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Essentials of paediatric intensive care
  1. M Roe

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    Edited by C G Stack, P Dobbs. London: Greenwich Medical Media Limited, 2004, £14.50, pp 222. ISBN 1 84110 053 6

    The “Lecture Notes” series of books never really struck me as being well named. Sure, they were short books, but they were nothing like the lecture notes I would make. Following this logic, perhaps Essentials of paediatric intensive care could be renamed as Lecture notes… This is a very concise textbook, using lists and bullet points wherever possible to present a great deal of information. There is little straight text. The feeling is that of reading lecture notes rather than a book.

    The layout is highly structured with multiple titles and subtitles, which enables the reader to find answers quickly, when the system is correct. Unfortunately, there are a number of occasions when the headings are not formatted consistently, which leads to confusion in how the sections relate. This book is obviously designed for quick reference and as a memory jolter rather than for reading through. It should probably be kept at the bedside or in a pocket rather than left on shelves.

    However, the book, as it states in the title, only covers the essentials of PICU. Since the scenarios when a quick answer might be required are often the more complex problems, I do wonder how useful this book really will be. The book tries to cover the essentials of PICU, but the authors obviously felt that they had to include some general and background paediatrics and topics that are associated with, but not directly, intensive care. This may be a common difficulty for all short textbooks with a wide clinical scope. So, although this book is small and compact, it does attempt to cover a very large amount. Perhaps if the book was to be a “PICU handbook” it might be better limiting itself to “pure PICU”. This might also allow it to contain more detail and cover more complex issues while remaining the same size.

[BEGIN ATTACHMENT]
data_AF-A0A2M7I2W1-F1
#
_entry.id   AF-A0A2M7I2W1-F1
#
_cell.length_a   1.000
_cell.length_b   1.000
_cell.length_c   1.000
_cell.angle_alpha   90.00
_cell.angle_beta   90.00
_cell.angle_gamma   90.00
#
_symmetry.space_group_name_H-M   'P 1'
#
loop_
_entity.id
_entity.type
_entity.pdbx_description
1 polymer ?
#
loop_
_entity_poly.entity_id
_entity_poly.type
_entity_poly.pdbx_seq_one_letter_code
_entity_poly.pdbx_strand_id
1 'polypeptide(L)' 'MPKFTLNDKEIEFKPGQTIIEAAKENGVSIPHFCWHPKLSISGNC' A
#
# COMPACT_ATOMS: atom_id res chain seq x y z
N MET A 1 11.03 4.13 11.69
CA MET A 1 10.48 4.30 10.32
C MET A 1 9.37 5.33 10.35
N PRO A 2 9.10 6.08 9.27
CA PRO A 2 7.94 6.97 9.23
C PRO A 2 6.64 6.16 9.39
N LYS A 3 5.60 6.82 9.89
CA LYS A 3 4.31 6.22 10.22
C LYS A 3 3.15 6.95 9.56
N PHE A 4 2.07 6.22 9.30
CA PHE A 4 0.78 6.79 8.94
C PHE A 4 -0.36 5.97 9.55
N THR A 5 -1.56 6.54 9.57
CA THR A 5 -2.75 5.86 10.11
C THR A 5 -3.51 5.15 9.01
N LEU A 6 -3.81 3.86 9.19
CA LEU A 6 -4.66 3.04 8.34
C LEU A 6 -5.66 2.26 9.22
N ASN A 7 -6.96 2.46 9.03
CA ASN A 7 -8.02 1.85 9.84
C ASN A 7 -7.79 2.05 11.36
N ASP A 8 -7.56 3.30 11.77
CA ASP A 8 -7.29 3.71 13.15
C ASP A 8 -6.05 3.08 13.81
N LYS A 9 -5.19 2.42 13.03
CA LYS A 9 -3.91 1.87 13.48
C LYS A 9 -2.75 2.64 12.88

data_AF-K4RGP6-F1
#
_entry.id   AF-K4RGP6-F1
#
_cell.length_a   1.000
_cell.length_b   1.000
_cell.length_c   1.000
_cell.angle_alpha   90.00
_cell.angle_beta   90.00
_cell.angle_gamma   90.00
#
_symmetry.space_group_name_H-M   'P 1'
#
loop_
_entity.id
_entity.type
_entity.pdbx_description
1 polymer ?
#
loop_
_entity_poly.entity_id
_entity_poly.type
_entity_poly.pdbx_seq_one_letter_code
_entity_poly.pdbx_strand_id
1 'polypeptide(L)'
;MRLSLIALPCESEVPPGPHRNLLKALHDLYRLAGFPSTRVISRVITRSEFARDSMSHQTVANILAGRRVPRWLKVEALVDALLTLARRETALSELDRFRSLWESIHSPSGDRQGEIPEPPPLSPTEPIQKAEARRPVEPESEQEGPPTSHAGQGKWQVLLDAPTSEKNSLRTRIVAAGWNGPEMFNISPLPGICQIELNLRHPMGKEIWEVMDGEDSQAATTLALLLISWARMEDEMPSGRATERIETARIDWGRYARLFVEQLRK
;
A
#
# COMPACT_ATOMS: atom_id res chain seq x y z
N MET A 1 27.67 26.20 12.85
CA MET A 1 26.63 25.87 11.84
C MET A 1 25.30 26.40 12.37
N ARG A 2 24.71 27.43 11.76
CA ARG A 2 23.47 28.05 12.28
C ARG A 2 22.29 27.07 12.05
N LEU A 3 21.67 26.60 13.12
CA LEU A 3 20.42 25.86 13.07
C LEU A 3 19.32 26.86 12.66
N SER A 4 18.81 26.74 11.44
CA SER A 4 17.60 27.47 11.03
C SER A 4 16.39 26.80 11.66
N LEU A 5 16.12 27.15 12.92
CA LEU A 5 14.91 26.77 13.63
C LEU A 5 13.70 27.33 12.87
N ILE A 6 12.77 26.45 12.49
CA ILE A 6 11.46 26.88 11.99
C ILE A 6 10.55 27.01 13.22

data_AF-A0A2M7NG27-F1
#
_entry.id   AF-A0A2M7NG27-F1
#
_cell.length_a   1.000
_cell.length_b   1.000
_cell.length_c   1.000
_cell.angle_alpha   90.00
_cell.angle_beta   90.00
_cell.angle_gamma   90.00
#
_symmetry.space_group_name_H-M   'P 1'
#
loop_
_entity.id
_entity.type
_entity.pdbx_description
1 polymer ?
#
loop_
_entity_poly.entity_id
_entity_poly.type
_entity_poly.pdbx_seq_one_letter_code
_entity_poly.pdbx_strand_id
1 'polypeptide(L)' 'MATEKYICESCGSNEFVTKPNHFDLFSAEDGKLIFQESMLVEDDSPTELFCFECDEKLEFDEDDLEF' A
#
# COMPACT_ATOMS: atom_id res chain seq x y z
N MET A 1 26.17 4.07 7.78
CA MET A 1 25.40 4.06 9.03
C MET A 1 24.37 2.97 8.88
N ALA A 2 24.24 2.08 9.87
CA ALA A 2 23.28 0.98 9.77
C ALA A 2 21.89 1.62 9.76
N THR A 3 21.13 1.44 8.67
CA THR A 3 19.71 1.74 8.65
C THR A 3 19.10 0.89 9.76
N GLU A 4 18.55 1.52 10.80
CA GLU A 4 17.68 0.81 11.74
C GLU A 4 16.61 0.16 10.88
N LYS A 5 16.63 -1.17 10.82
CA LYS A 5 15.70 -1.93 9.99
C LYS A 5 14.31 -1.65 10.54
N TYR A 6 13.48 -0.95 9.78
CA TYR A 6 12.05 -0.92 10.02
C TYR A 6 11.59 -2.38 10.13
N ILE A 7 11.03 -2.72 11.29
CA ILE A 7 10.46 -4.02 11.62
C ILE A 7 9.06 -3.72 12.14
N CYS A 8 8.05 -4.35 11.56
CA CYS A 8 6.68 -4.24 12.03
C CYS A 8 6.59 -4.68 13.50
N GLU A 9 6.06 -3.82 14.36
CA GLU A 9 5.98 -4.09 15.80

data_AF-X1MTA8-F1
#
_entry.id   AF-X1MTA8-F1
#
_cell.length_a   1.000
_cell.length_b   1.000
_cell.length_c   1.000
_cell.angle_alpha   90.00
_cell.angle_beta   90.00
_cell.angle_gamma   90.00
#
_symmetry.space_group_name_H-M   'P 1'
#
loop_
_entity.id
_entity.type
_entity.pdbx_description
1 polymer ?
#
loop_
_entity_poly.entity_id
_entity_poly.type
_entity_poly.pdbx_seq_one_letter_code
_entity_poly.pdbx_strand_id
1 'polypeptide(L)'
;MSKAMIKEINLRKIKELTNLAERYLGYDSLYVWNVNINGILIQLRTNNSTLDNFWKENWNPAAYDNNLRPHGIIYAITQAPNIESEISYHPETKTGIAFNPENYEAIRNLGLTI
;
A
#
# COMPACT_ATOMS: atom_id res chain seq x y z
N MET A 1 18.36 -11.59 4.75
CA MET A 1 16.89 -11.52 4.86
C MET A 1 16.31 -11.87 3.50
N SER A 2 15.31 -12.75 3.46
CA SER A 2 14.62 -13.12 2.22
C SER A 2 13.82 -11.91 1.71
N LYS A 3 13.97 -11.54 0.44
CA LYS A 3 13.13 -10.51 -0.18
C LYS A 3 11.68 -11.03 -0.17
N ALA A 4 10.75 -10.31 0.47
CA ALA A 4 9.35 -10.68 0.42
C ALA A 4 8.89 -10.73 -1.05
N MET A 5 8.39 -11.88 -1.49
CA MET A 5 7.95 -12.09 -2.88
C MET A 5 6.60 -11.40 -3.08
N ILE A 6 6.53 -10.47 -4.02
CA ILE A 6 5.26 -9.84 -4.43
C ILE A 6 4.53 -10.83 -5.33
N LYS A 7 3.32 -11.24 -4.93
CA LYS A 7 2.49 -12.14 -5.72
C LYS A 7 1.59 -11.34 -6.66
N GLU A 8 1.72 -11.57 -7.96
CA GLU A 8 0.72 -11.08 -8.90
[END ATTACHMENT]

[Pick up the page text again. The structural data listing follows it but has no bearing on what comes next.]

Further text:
The real target audience for this book seems possibly to be doctors with limited paediatric knowledge who are working on a PICU, such as trainee anaesthetists. Indeed, both authors come from an anaesthetic as well as PICU background. The general paediatrics in this book seems unnecessary for paediatric registrars.

    I am sure no one reading this needs me to tell them that medical textbooks are not cheap. What I am not sure of is whether you get what you pay for? Essentials of paediatric intensive care is certainly cheap, it does contain a great deal of information, and the style lends itself to quick reference. I would definitely recommend it to the occasional paediatrician who has to cover PICU and possibly to those in their first post, because it will provide the absolute basics of PICU and give some general paediatric context. However, for paediatricians who hope to follow a career in PICU, I am sure that further textbooks would be required fairly soon in the training.

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